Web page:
Students can study TAFE qualifications in areas such as Aeronautics, Agriculture & Horticulture, Animal Studies, Art & Design, Building & Design, Business & Management, Clothing & Textiles, Computing & Information Technology, Engineering & Mining, Maritime Studies, Community & Health Services, Hospitality, Science & Technical, Travel and Tourism.
A wide range of English Language Courses are also available. Courses are accredited by NEAS (National ELICOS Accreditation Scheme) and provide students with the English language skills needed to continue with further study or improve to employment opportunities.
Western Australian government schools provide first class education to over 250,000 Australian and international students in kindergartens, primary and secondary schools and colleges across the state. Government schools provide modern facilities and offer a broad range of academic and creative subjects. International students learn in a safe, friendly and academically rewarding environment when they choose a WA government school.
For further information contact Education and Training International:
There are five universities in the Perth region. They all have campuses in other parts of the State.
Curtin University of Technology, Edith Cowan University, Murdoch University, and the University of Western Australia are large, partly government-funded universities that provide a very wide range of degree courses from bachelor degrees to doctorate level. The University of Notre Dame Australia is a Catholic university, whose degree programs are being enlarged rapidly.
All the universities are of international standing and repute, and their degrees are recognized worldwide. Their staff are appropriately qualified and drawn from both Australia and from overseas countries.
Each of the universities provides a similar range of facilities and services, such as extensive libraries and information services, careers advisers, student counselors and welfare services, sporting facilities, on-campus cafeterias, shops, and accommodation services.
Full details of the universities, their courses and their staff, are published in their calendars, handbooks, prospectuses, websites and guides. Students should contact the university for further information.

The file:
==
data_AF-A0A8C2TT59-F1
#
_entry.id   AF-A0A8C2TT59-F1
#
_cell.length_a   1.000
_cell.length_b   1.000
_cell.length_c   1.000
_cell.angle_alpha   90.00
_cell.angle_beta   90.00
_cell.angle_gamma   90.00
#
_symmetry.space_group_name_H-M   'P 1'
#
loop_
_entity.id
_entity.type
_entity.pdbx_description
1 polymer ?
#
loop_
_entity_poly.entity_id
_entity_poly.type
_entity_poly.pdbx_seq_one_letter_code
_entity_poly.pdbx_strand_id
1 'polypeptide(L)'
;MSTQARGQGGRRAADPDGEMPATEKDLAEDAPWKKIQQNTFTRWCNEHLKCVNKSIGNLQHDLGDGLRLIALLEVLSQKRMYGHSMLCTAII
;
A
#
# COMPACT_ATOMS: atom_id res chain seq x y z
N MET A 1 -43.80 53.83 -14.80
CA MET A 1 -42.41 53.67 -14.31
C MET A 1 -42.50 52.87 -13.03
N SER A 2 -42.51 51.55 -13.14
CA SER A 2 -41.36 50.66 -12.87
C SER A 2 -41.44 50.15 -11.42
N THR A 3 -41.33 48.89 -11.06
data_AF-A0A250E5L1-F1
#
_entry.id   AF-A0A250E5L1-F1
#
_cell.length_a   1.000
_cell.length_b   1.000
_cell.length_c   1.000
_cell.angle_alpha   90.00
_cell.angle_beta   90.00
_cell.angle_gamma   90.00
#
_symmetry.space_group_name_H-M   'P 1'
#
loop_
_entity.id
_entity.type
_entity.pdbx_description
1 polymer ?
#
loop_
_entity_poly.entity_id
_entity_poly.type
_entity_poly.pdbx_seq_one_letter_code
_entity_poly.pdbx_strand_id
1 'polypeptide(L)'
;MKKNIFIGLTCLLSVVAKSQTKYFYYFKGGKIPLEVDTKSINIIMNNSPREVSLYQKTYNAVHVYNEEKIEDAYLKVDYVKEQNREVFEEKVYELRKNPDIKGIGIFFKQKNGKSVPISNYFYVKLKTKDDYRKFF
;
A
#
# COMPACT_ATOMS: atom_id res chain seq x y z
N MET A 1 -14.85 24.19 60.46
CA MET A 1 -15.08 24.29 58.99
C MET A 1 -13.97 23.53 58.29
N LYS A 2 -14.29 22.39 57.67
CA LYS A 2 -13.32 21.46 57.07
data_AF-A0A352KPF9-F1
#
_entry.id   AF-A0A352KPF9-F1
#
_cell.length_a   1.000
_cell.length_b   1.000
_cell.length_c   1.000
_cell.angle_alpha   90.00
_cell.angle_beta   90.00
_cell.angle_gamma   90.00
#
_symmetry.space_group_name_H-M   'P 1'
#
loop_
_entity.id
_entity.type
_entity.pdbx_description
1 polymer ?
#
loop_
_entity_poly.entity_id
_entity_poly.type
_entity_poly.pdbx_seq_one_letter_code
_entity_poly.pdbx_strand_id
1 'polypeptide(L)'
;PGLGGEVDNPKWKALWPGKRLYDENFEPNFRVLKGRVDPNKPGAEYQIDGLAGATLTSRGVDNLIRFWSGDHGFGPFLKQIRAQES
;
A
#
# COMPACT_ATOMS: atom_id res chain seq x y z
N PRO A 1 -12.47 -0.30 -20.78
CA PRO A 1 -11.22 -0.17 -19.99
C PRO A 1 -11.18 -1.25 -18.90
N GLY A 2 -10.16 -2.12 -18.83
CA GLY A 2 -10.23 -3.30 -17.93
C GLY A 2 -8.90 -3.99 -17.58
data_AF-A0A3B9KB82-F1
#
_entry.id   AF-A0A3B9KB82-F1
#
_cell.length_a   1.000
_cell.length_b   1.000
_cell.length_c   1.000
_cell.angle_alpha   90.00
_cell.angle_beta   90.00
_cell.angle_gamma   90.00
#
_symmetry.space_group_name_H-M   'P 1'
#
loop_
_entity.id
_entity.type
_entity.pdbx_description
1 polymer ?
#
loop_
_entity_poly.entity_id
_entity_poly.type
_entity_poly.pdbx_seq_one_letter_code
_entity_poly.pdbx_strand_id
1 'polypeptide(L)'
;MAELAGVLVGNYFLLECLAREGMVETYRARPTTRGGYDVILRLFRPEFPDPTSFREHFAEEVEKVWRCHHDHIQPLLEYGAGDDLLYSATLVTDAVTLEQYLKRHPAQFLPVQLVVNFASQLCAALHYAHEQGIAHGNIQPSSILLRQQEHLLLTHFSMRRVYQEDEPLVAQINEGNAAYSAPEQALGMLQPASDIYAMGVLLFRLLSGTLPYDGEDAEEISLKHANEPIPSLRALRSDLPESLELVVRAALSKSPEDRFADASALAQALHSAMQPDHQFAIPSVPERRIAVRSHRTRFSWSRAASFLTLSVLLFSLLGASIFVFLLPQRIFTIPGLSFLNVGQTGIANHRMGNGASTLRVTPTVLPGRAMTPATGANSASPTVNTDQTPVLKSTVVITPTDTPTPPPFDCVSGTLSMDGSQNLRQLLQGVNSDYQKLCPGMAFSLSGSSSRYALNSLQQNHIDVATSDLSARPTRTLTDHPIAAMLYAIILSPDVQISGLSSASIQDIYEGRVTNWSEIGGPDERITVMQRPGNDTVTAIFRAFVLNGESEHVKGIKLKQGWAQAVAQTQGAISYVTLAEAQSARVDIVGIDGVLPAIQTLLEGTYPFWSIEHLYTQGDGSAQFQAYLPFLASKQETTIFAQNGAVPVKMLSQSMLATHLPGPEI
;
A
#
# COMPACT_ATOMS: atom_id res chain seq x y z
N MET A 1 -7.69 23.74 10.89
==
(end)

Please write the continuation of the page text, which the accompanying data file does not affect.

International students apply for admission directly to the university concerned (not through TISC as do Australian students). There are a number of ways in which international students can qualify for admission.
Admission to The University of Notre Dame is determined on the basis of prior studies, either in Australia or overseas, and for school leavers, on the advice of the applicant’s school.
International Student Organisations
International Student Organizations/Guilds/Clubs &Student Guilds
Each of the four public universities has a student body Guild, which represents student interests. The elected president of the Guild is normally a member of the controlling body of that university, so is able to exert considerable influence on behalf of the students. Along with other student clubs, international student organizations at each university are usually registered with the Student Guild and receive benefit from this. The Guild in each university has its own premises and staff to look after student affairs. For maximum benefit, you should go to your Guild Office and find out what the membership can do for you.
Some Aspects of Study in Australia
Students from other countries usually achieve good academic results in Australia because they are highly motivated and put much effort into their studies. Please think about the following:
The system of education and method of teaching in Australia may be unfamiliar to you. Also, if English is not your first language, it is likely to take time to understand and converse with those around you. At the beginning, you may have trouble in understanding lecturers, especially if they speak rapidly or with unusual accents. If you have problems, ask at your institution about the possibility of attending English classes or to recommend helpful reading on study methods for Australian tertiary courses. Also you should practice to improve your skills in writing rapidly and fluently in English. In an examination, you will need to answer the questions in limited time.
Students are expected to attend classes and do assignments conscientiously, take part in tutorials and read the relevant books, without the need for prodding or encouragement by the lecturer. There may be 200 or more students in a class, and the lecturer may not know any of the individual students. The lecturer may monitor a student’s progress only through semester assignments and at examination time. So you need to have the motivation and determination to keep working consistently even though you may receive no personal encouragement or immediate recognition from the staff.
In university courses, there is emphasis on the development of independent reasoning and powers of criticism. You may be expected to criticize established ideas and to express your own views, or even to challenge the lecturer’s interpretation of a theory or doctrine. The lecturer will expect more than a repetition of lectures, and will look for evidence of independent reading and interpretation.
Although international students have good success rates in completing their degrees, some do encounter problems. If you are failing in individual units of your course, get help immediately from the services available at your institution, and keep on with your studies.